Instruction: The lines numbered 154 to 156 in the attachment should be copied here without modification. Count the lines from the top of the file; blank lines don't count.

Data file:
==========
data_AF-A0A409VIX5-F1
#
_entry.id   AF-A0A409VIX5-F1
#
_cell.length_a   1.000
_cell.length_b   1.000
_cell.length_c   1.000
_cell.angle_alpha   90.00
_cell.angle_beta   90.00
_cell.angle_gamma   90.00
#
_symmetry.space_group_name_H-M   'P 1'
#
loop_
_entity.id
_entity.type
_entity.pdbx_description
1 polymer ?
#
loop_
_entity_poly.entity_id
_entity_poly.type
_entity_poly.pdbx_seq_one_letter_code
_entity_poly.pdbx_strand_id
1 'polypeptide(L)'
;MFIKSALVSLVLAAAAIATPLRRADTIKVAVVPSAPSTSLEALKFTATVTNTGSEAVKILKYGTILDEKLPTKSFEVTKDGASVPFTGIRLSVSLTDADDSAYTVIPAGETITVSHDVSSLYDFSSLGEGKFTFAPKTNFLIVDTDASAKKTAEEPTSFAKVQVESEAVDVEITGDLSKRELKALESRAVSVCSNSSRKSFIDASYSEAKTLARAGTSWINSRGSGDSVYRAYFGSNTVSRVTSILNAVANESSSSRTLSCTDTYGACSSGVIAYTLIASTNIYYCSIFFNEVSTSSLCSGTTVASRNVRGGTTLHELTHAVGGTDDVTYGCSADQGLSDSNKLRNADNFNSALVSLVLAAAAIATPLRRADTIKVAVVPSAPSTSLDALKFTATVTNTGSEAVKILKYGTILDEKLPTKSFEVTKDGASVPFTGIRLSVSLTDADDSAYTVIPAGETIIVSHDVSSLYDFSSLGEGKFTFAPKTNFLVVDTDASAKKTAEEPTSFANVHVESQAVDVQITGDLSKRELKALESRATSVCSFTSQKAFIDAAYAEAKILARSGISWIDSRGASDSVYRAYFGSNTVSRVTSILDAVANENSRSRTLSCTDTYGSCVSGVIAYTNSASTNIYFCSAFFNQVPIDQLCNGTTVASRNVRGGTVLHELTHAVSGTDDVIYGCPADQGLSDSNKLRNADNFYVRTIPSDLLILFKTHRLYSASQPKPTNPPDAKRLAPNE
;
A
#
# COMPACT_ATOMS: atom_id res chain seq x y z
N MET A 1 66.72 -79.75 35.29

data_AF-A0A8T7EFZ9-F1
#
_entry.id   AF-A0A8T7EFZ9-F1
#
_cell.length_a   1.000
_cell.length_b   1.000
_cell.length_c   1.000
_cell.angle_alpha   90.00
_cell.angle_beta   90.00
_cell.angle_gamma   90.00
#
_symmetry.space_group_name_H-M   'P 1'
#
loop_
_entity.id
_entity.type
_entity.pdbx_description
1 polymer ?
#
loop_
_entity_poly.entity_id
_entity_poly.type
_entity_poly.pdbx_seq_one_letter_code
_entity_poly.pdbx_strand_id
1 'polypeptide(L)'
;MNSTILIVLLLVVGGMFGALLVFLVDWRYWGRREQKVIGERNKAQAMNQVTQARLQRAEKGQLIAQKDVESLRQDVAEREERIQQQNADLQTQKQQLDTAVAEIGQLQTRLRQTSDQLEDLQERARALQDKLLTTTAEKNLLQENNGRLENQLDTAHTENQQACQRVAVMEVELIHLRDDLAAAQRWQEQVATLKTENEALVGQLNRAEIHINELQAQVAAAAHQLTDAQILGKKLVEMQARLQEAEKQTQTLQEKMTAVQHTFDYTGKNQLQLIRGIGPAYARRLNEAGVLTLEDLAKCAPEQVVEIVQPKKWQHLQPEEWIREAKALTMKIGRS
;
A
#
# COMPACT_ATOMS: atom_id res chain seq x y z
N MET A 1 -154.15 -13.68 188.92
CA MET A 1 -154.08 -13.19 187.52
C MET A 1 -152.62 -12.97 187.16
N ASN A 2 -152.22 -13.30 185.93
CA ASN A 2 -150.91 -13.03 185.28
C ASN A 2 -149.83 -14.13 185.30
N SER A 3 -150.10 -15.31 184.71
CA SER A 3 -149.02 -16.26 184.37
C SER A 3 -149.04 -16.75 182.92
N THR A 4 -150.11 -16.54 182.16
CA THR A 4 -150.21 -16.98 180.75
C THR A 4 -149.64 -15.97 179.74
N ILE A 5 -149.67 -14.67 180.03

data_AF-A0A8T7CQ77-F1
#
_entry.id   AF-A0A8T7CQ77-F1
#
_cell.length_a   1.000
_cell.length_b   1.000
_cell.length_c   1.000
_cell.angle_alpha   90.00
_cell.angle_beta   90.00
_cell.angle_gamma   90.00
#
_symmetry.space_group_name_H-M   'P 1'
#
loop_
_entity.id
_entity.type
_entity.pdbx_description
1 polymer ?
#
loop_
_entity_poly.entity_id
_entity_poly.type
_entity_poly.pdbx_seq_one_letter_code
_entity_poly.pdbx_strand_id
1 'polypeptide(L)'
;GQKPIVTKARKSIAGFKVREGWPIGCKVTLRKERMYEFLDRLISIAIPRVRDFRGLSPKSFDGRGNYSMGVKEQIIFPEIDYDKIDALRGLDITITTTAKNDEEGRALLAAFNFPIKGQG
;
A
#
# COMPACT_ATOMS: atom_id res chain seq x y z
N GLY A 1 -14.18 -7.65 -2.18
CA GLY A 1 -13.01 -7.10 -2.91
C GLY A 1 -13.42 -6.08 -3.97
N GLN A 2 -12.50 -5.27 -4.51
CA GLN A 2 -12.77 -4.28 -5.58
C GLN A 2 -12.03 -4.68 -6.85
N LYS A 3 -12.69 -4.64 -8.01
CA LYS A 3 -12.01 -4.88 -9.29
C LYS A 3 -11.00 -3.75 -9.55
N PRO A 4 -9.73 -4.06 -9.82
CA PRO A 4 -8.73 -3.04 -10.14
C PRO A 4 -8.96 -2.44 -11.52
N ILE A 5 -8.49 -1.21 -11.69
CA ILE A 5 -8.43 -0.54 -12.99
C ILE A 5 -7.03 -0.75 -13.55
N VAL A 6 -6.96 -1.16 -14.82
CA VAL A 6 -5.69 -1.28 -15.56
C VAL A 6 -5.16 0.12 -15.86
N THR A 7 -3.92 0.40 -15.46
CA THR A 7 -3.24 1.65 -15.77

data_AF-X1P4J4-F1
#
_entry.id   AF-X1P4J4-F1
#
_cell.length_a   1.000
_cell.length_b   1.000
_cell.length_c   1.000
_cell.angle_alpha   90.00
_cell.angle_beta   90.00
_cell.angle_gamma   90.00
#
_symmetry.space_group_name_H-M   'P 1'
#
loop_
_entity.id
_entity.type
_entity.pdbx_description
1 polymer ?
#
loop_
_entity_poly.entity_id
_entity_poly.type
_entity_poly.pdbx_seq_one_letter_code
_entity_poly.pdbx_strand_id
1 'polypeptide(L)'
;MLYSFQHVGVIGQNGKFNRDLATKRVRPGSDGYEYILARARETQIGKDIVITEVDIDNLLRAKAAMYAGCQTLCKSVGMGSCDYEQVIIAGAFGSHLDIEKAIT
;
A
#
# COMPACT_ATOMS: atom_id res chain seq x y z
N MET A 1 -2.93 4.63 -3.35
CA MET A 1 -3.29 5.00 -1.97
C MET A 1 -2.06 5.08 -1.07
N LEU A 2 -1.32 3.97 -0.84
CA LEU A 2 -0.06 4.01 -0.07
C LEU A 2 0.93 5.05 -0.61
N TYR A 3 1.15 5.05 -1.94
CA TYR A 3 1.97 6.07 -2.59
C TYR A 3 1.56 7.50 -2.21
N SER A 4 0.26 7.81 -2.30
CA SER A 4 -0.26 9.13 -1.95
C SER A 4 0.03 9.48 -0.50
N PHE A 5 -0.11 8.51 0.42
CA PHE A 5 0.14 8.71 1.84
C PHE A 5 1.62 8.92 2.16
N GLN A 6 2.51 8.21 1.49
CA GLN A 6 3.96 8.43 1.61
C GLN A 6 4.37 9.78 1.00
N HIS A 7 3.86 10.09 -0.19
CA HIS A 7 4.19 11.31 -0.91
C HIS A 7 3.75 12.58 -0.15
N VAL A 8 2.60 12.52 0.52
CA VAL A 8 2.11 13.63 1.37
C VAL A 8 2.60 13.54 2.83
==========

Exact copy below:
# COMPACT_ATOMS: atom_id res chain seq x y z
N MET A 1 -2.93 4.63 -3.35
CA MET A 1 -3.29 5.00 -1.97